For Dancers

Do You Know How To Point Your Toes?

9:35 AM

Number one thing I say in the studio while teaching? Point your toes.

Everyone knows you have to point your toes in ballet class, but nobody seems to be able to do it correctly, and everyone has to be constantly reminded. Shouldn't it be muscle memory by now?

Well, we're gonna tackle that one today.

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First of all, why does your teacher wants you to point your toes? It's not because it's tradition, or because it's pretty. I mean, yes, those are true things, and they're OK reasons. But that's not the main reason.

It's because ballet is really hard if you don't. 

Imagine placing just your fingertips against a heavy item and pushing it away. Kinda difficult. Now imagine placing your entire hand on that heavy item and pushing with your whole hand. A lot easier, right? 

When you pointe your toes correctly, you press your whole foot against the floor and create opposition. Your foot springs up off of the floor and points as an effect of the pushing.

ballet, ballerina, jumps, pointed toes
Pushing off the floor to get into the air

I'm going to say that again. Pointing your feet should be an effect, not a cause!
  • Pointing your feet happens when you articulate.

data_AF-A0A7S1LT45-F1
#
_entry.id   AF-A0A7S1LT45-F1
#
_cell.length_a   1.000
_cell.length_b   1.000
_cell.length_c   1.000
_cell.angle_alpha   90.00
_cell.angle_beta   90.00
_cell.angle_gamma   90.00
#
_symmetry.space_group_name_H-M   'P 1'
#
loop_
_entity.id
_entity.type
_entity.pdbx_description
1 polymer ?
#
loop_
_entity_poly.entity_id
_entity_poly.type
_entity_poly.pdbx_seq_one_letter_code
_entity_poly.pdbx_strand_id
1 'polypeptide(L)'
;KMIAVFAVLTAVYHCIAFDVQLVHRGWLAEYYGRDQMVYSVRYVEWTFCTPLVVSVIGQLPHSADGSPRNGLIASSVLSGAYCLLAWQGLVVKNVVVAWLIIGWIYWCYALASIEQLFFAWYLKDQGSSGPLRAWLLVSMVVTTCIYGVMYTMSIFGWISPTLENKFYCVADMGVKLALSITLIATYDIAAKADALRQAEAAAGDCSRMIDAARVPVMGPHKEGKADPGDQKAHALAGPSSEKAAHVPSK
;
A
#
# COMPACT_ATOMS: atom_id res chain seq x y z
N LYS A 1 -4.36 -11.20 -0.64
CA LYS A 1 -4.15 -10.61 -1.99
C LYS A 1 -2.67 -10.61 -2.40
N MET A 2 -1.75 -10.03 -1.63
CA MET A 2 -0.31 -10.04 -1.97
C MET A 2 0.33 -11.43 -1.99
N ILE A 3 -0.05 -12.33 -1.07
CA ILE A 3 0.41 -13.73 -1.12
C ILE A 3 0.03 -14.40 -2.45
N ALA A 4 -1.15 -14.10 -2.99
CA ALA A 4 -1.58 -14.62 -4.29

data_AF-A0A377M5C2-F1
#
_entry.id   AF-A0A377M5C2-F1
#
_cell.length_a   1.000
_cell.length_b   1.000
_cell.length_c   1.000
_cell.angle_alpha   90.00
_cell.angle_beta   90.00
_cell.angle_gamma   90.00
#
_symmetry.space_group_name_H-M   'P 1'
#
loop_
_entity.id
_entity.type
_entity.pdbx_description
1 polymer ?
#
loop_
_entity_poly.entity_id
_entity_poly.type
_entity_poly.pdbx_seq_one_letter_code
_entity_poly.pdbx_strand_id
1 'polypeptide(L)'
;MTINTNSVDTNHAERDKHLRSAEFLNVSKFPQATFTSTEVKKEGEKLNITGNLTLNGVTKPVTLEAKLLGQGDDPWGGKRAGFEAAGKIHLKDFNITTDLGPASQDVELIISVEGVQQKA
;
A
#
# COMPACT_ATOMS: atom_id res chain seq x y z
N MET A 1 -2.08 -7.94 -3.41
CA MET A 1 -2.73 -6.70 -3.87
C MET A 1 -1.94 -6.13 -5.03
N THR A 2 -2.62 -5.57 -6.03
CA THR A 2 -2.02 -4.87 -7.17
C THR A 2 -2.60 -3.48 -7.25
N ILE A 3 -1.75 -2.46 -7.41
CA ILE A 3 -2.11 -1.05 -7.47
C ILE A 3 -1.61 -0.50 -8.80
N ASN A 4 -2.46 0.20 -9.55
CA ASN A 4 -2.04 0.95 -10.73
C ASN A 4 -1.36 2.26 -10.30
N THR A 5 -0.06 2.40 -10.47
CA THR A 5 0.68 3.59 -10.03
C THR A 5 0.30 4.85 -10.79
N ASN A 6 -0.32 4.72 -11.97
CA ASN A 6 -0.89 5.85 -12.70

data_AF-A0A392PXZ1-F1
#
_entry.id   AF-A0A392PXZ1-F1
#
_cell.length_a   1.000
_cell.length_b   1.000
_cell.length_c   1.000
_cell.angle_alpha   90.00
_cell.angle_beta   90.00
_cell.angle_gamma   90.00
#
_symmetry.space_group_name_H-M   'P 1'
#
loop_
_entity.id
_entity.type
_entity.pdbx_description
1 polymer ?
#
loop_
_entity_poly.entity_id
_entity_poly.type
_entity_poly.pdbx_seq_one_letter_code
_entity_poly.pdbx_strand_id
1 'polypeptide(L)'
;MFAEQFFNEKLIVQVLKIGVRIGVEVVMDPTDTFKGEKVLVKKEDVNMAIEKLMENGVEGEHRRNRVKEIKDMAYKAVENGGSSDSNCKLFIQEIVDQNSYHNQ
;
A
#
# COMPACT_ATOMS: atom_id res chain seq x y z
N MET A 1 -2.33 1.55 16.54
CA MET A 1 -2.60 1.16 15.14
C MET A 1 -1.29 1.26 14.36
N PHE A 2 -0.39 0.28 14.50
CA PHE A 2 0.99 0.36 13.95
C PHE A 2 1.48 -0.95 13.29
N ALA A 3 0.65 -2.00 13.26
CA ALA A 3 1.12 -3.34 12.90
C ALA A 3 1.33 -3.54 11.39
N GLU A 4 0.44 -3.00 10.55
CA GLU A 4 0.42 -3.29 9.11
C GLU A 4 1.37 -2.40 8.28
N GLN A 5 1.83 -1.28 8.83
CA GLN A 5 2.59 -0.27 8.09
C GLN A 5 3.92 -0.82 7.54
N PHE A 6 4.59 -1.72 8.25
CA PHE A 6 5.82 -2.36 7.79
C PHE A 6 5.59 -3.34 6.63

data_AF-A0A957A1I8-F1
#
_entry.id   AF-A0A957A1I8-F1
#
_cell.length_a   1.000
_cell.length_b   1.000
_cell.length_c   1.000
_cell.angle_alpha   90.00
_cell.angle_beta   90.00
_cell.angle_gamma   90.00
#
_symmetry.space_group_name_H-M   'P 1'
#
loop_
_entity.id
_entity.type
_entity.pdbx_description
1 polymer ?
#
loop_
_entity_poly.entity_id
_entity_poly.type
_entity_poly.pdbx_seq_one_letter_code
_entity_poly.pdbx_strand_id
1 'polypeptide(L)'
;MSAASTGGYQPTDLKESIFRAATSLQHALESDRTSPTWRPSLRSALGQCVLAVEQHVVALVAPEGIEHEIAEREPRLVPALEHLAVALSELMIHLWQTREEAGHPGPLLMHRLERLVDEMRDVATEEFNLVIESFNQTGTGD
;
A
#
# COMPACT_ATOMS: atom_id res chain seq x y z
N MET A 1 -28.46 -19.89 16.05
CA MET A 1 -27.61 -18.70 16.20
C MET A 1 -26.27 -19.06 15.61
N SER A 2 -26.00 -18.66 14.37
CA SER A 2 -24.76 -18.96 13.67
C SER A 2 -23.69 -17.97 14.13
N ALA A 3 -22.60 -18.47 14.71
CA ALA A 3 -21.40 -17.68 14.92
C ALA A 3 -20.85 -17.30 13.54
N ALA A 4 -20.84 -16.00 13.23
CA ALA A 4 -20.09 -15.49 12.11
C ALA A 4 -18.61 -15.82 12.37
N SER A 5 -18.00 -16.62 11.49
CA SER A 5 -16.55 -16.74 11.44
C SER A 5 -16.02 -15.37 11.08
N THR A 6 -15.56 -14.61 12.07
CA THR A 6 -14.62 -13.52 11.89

• Pointing your feet happens when you push.
  • Pointing your feet happens when you flex the muscles in the back of the foot and leg.

And it creates what I like to call "Push Power," which is really just opposition that young kids understand (because opposition is a big word).

So that's all fine and dandy... but how do you point your toes correctly?

 Photo 1: yes! Photo 2: no.

It starts with understanding what we mean when we say "point." Really we should be saying push and lengthen.

Beautifully lengthened feet (aside from the strings sticking out)

When you PUSH your feet, you articulate the feet off the ground, as mentioned above. You activate the muscles in the foot and press against the floor, and that causes your foot to point.

When you LENGTHEN your feet, you are elongating the muscles in your leg, trying to reach the toes farther than ever before, trying to shoot lightning bolts out of the toes. This helps all the muscles in the leg engage more efficiently and effectively, and helps with flexibility, extension, and turnout.

1. Articulating the ankle

2. Lengthening the toes

3. A full lengthened pointed foot

Sometimes when teachers say point your toes, the student ends up crunching their toes, because they are trying to get their foot curved.

Crunched toes - not elongated properly
This is why I try to say PUSH and LENGTHEN instead, so my students understand exactly what I want from them.

Stay tuned for foot strengthening exercises!

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